On October 17, the Eugene Bell Foundation (Stephen Linton, president) issued a report on its activities during a visit to North Korea from September 2~24, and on the prevalence of tuberculosis there. During the visit, about 700 patients registered newly with the Foundation’s multi-drug-resistant TB program. More than 1,800 persons currently receive treatment through the program. The Foundation placed 21 “Jin Experts” (portable diagnostic equipment used to identify multi-drug-resistant TB) in Pyongyang, Kaesong and Nampo cities, and in North and South Pyongan provinces and North and South Hwanghae provinces. 130,000 cases of TB are discovered each year in North Korea, and 16,000 persons die of the disease annually.

“North Korea’s TB problem is not something to just stand and watch from the other side of the river,” President Linton said. “Despite the many political changes this year, no action has been taken toward North Korea from the humanitarian standpoint (such as family reunions or food assistance). The North Korean people are racing (to build a better life). Will South Korean society maintain a spectator role, or will it join the North Korean people’s race for life together? Only South Korean society can feel and act on this responsibility.”

Korean Protestant political leanings: 32% progressive, 21% conservative

A “Statistical Analysis of a Survey of Protestant Perceptions on Key Issues in 2019” was announced on October 31 by the Christian Institute for the Study of Justice and Development (CISJD; Rev. Kim Young-ju, director), along with Christian Academy (Rev. Chae Su-il, board chair) and Christian Literature Society (Rev. Suh Jin-han, president). The survey, done at the request of the three organizations, was conducted this past July by Ji&Com Research (Ji Yong-geun, president) through an online survey of 1,000 Protestants and 1,000 non-Protestants aged 20 or older. The results had a significance level of 95% and an error range of ±3.1%.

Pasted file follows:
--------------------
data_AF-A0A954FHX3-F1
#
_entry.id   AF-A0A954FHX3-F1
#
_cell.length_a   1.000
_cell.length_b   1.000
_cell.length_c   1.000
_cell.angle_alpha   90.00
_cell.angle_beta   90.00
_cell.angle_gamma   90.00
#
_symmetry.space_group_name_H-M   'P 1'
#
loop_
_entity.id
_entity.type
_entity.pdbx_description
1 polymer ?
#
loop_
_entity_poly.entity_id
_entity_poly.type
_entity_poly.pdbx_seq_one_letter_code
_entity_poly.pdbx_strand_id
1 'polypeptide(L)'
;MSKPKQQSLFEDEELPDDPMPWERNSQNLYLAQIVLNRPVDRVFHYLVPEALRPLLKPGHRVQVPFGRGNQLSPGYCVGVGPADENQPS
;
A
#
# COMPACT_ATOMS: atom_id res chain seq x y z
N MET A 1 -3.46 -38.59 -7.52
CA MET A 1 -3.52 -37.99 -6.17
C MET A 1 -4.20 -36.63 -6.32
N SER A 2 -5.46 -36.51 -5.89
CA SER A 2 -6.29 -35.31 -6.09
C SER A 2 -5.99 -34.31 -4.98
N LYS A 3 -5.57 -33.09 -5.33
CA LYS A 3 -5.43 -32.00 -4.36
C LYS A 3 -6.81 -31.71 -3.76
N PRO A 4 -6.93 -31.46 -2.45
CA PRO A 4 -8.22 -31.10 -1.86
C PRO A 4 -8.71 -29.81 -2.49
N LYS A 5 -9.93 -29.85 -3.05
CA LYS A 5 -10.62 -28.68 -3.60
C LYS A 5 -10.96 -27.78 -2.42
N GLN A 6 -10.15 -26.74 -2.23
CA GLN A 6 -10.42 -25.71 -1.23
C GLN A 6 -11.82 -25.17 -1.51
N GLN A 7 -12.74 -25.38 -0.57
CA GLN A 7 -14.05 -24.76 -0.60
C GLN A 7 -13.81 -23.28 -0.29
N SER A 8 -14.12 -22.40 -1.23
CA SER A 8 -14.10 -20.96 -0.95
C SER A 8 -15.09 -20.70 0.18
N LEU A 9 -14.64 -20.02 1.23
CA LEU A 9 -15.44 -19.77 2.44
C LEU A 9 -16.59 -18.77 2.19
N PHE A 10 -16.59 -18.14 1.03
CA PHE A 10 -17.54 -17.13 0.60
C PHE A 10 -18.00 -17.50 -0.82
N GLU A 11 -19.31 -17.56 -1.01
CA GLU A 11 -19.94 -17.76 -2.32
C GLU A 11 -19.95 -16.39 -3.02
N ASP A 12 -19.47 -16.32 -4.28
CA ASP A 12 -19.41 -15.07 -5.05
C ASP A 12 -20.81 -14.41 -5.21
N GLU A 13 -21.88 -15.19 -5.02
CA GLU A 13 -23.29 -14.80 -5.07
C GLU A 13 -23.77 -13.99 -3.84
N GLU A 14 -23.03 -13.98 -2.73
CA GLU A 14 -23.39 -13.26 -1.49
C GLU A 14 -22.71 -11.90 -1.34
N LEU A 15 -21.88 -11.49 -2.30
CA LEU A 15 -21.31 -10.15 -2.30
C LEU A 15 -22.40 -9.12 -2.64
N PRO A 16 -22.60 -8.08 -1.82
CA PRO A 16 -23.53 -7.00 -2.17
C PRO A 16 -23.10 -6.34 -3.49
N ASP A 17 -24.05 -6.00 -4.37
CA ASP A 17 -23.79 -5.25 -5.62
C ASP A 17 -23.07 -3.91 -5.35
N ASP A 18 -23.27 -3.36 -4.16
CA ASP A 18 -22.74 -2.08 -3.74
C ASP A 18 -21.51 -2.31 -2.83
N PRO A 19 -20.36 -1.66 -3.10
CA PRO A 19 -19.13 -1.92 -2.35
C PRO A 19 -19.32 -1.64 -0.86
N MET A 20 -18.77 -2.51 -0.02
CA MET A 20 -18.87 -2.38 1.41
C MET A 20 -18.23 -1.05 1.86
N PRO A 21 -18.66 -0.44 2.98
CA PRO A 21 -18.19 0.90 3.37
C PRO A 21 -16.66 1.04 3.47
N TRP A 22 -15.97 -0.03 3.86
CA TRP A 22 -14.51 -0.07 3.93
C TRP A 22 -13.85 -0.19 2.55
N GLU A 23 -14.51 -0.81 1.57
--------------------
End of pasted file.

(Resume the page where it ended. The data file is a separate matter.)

The survey found that 79.5% of clergy and church members nationwide are against Protestant participation in politics. Those calling themselves “conservative” make up 21.4% of the total, 46.6% are “moderate,” and 32.1% are “progressive.” On the question of whether to establish a Protestant Christian political party for direct political participation, 49.9% of respondents replied “actively opposed” and 29.7% “opposed.” Those in their fifties showed the highest rate of opposition.

Women delegates at this year’s general assemblies: Same or fewer in number

Korea Church Women United has announced a “2019 Church Women’s Proposal for Korean Church Reform and Growth,” demanding truly just reform that puts an end to discrimination and exclusion in the Korean church. KCWU reported on the situation of women delegates at this year’s denominational assemblies, and called upon the Korean churches to actively prevent sexual violence and provide care for victims within the churches, and to play a central role for gender equality and women’s rights.

The 104th General Assembly of the Presbyterian Church of Korea (PCK Tonghap) made history by electing its very first woman vice moderator, but the significance of this event was eroded by the fact that the number of women delegates sent to the assembly this year was down from last year’s 2.1%, to just 1.7% of all delegates this year. Women’s representation at other major denominational assemblies showed a similar trend, dropping or staying the same.

박여라 영문에디터 yap@kmib.co.kr